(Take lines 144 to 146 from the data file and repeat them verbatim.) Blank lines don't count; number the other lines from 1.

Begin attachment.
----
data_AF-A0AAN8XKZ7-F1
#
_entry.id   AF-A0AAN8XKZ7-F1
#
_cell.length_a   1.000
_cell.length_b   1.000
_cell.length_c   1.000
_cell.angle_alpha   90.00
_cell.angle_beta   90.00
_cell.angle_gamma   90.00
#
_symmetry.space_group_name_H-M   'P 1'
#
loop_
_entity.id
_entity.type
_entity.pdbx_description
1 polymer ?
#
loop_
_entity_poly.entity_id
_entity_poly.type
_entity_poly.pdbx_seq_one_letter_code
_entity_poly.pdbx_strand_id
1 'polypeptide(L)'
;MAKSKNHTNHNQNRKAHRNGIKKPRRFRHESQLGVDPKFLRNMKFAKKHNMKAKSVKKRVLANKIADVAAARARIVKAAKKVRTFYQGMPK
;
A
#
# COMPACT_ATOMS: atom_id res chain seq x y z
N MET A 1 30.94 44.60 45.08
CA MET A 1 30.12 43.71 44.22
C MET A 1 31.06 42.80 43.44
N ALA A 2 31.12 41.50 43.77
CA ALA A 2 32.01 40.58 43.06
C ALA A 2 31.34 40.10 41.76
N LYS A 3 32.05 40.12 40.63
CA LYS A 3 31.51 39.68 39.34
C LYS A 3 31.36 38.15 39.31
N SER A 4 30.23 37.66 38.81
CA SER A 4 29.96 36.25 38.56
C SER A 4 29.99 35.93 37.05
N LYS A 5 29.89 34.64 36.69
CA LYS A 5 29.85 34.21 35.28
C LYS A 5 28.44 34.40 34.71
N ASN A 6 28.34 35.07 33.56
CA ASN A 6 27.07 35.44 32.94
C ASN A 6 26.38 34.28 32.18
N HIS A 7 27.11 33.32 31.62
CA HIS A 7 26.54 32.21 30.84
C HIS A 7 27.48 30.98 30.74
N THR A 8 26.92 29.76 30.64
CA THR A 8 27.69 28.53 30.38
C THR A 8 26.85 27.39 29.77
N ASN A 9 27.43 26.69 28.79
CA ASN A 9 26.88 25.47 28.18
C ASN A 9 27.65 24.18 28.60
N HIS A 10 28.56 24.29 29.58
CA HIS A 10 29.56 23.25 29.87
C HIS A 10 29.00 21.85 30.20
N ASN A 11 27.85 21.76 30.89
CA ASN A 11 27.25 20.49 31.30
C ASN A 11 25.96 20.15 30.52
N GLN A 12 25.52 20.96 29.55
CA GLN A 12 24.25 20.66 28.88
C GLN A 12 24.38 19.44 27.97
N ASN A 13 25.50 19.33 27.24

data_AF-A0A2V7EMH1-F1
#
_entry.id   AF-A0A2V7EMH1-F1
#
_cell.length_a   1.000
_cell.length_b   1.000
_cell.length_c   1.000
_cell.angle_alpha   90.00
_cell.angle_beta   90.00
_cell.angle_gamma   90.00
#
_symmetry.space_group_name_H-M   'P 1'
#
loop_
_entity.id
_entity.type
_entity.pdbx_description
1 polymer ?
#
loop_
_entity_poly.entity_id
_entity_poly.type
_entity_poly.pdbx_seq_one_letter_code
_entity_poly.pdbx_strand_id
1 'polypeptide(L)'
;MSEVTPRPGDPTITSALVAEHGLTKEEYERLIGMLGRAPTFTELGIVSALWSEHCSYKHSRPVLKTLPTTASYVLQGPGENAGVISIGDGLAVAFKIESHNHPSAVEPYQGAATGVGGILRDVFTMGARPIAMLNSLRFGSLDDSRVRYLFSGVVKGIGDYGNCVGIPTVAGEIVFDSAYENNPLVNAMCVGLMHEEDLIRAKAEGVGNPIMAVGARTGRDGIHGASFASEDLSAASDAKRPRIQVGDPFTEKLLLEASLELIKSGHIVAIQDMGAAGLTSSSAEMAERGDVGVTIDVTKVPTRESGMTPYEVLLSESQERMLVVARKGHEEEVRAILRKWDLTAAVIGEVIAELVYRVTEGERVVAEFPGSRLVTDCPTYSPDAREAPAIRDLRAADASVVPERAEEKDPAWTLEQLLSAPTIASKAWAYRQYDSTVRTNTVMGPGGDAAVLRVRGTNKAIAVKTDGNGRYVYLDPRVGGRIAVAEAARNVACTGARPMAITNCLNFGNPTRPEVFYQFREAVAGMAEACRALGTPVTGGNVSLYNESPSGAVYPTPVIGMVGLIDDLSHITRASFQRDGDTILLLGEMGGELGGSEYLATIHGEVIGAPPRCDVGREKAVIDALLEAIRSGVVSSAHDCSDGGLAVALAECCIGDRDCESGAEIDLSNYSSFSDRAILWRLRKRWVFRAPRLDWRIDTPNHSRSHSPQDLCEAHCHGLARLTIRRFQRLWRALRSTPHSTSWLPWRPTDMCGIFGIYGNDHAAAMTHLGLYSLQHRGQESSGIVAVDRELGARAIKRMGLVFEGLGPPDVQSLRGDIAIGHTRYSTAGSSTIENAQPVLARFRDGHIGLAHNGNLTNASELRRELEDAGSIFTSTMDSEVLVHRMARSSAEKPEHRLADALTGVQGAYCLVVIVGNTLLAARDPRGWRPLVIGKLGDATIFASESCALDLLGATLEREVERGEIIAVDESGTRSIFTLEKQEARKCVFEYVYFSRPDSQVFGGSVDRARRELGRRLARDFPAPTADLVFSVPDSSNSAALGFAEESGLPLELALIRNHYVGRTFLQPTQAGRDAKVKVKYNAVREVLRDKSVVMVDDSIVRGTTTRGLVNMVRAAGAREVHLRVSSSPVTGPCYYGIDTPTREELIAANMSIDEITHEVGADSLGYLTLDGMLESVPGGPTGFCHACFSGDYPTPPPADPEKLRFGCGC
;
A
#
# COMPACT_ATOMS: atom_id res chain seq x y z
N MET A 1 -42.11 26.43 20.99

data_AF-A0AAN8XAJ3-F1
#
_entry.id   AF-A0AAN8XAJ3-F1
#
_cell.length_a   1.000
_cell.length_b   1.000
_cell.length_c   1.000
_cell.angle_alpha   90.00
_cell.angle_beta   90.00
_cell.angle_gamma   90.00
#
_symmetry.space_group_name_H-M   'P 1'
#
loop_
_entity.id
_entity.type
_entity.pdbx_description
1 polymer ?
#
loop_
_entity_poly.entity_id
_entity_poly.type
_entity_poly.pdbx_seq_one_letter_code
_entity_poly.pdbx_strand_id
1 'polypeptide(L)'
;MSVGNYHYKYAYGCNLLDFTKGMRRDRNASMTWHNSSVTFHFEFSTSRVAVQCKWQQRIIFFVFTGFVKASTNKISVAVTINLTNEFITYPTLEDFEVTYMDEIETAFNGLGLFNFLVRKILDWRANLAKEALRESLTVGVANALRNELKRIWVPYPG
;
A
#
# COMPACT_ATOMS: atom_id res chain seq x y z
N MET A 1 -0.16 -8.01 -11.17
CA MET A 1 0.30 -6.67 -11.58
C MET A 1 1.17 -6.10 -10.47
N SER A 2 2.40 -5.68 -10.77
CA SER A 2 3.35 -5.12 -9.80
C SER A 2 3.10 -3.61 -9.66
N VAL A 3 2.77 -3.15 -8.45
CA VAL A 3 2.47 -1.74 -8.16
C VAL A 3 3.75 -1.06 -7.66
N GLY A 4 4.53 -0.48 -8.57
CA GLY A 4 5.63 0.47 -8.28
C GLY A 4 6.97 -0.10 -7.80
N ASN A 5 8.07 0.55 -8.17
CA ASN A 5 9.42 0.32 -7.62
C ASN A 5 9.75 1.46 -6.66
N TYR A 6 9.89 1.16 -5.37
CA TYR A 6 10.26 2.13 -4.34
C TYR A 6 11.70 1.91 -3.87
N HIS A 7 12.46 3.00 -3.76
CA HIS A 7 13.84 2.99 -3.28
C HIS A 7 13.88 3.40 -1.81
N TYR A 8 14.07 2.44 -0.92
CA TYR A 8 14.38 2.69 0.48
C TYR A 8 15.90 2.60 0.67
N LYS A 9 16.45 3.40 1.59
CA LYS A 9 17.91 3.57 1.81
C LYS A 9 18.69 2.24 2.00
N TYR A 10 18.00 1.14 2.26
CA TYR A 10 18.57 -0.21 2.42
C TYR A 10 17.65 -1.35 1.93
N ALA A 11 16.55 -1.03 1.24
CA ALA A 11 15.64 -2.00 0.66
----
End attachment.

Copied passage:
N TYR A 6 9.89 1.16 -5.37
CA TYR A 6 10.26 2.13 -4.34
C TYR A 6 11.70 1.91 -3.87